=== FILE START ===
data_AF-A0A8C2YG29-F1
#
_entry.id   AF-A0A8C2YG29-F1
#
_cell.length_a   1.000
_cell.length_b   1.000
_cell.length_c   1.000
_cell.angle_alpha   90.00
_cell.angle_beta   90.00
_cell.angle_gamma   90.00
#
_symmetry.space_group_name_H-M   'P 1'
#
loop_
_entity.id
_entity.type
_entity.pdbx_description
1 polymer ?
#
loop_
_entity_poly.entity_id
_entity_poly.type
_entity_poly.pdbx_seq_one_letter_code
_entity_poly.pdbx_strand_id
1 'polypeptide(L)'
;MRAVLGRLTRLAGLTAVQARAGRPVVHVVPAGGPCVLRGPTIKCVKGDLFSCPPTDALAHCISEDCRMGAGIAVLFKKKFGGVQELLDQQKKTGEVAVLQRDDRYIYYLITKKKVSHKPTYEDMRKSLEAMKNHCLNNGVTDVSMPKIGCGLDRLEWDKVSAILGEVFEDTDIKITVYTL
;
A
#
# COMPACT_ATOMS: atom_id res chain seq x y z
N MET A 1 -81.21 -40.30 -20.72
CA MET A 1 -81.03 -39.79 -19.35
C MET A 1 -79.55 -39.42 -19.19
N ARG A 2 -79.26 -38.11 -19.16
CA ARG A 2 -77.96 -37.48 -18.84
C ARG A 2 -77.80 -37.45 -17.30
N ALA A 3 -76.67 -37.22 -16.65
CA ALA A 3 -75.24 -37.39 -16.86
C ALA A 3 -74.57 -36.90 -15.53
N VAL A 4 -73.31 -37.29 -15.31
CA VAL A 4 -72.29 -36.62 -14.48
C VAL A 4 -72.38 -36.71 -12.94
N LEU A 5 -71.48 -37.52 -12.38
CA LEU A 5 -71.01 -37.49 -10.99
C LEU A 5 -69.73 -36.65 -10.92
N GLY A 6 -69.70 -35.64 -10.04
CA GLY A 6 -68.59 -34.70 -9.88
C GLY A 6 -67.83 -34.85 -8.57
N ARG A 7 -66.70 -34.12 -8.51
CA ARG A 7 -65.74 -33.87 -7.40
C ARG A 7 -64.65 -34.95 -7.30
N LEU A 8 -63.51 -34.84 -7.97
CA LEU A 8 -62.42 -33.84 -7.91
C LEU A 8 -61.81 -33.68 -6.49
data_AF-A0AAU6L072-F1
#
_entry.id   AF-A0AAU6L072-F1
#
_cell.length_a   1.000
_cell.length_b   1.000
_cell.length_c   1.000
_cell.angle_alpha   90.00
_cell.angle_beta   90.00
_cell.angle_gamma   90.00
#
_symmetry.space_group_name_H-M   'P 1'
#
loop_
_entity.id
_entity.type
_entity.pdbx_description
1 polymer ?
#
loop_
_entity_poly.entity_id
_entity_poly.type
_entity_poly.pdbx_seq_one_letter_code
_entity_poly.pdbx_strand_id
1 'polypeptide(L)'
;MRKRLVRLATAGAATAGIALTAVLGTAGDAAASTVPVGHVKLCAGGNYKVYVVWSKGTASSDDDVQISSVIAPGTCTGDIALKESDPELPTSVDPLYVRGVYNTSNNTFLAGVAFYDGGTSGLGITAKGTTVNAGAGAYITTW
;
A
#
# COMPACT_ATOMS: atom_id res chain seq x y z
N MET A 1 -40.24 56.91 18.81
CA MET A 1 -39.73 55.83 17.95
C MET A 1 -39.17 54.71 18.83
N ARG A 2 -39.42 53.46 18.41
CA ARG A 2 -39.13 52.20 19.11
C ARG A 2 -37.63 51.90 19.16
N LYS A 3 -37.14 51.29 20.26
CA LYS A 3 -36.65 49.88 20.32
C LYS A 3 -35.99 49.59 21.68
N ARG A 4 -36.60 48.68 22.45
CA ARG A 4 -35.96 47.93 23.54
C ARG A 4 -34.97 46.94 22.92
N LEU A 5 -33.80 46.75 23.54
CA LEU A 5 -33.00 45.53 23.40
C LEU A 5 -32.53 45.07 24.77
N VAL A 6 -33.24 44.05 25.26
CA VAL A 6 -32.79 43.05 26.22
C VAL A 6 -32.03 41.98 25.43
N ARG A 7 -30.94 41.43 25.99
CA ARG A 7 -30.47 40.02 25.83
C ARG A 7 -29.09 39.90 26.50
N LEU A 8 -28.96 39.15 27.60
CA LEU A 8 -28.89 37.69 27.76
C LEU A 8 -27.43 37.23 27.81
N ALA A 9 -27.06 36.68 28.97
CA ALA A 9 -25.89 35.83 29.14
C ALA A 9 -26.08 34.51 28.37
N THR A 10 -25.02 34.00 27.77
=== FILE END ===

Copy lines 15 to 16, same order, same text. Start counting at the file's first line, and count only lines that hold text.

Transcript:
_entity.id
_entity.type